A majority of Mountain View City Council members on Tuesday supported plans to significantly boost the size of a large apartment complex along Middlefield Road, planting four-story buildings in a complex that's been around since the 1960s.
The proposed infill development at 555 W. Middlefield Road, which has been in the works for years, would bump up the number of units from 402 to 731 -- all without demolishing a single existing home. Council members sought to tweak the project at a Feb. 23 study session, but largely agreed to have it move forward.
Previous incarnations of the project received an icy reception, but for the most part proposed the same thing. Two surface parking lots at the Eaves Mountain View apartment complex would be nixed, making room for 329 units across two 50-foot-tall apartment buildings. Parking would be moved into underground garages, and 1.3 acres would be turned into a public park.
The housing boost, proposed by the developer AvalonBay Communities, won praise from housing advocates as a strategic response to the housing crisis. April Webster, a resident who lives across the street from the project, said she supported the project and that Mountain View needs to do what it can to keep the Bay Area affordable for service-sector workers.
"These members of our community keep the economy running, and they can't afford to live in Mountain View," she said. "I think it is critical that we provide more affordable housing so we don't end up displacing these members of our community, and I think continuing along the path we're on is untenable and unsustainable, and everyone's quality of life will suffer."
But other nearby residents have come out in sharp opposition to the project, arguing the expansion would be too dense for the area and would permanently damage the quality of life in the neighborhood. Daniel Shane, writing on behalf of a group called the Cypress Point Community Preservation Group, warned that the cumulative growth on and near Middlefield Road would cause numerous problems, including traffic snarls, parking overflow and vehicular collisions along Cypress Point Drive.
"We have drunk drivers having accidents and damaging property at Cypress Point Woods," Shane wrote in a letter prior to the council. "The doubling of tenants, their guests and all the vehicles at AvalonBay apartments will exacerbate our concerns about safety."
Shane also suggested that the public park would be "unwanted" and would mostly serve the apartments, and questioned the need for the open space when there are alternative parks nearby.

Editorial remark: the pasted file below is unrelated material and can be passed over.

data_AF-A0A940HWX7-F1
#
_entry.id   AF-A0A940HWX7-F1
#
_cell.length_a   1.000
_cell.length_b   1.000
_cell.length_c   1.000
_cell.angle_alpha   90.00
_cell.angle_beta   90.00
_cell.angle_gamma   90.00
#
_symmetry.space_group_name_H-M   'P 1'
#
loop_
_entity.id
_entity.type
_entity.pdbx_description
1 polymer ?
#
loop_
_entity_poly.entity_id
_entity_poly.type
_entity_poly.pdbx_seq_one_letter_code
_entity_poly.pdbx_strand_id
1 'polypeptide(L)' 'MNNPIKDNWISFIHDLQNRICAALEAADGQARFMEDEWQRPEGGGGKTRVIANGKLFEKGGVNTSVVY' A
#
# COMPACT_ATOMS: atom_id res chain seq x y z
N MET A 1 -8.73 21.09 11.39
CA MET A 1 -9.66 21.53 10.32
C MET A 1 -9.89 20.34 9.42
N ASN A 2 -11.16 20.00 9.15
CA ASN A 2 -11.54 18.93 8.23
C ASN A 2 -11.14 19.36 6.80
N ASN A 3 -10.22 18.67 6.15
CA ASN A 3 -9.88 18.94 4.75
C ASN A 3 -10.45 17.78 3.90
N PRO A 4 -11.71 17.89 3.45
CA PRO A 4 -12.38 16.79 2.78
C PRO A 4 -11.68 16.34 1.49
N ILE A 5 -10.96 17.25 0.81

Tying up the council at the study session was whether to rezone the entire property from medium density residential to high density, which would allow between 36 and 80 units per acre. The proposal lands close to the middle, at around 55 units per acre, and some council members worried the rezoning would allow AvalonBay to scrap the current proposal and come back with something gigantic.
Joe Kirchofer, vice president of development for AvalonBay, assured the council that was not going to happen, and said that the company has been working exhaustively since 2015 to try to get the current proposal over the finish line.
"We have been pursuing this project for the last five years. We think this is the right way to develop the site," Kirchofer said. "We have no intention of throwing the approval out and starting the process over with a brand new project."
Still, the prospect worried people like Robert Cox, a resident and former planning commission member. He said the city could very well be forced to stomach a maximum density project that would raze the existing apartments, which are subject to the city's rent control law.
"I recommend the council determine whether an airtight legal guarantee can be made that the zoning change can be tied to this specific proposal," he said.
Council members were split on whether to support a special zoning standard specifically for the project, but a majority agreed to study the option. Councilman Lucas Ramirez said properties are frequently rezoned as part of a project's approval, and he didn't see a compelling reason to treat AvalonBay differently.
"I can't personally think of what distinguishes this project from those other projects where a General Plan amendment was approved to go up to high density," he said.
Efforts to cut down on the project's size, including lopping off one story of the apartments along Cypress Point Way, also fell flat at the study session, with only three council members supporting the idea.
AvalonBay is offering nearly $2 million in community benefit funding as part of the project, which remained uncommitted at the study session. Council members raised the possibility that the developer could provide a connection between Middlefield Road and Stevens Creek Trail, creating an important bike and pedestrian link to the neighborhood.
But the council stopped short of making it a requirement, citing concerns that the trail connection could be impossible for the developer to pull off as a condition of approval. Councilwoman Pat Showalter said creating a link to the trail could be difficult due to Highway 85, which runs along the east side of the project and is owned and operated by the state.
"We do not have jurisdiction over Caltrans and Highway 85, so there are some things that aren't going to work there," she said. "I think we need to be careful requiring something that may be infeasible."
The project is expected to come before the City Council for approval in the summer, with construction set to begin in 2023. Construction will be phased over a lengthy five years in order to avoid displacing current tenants.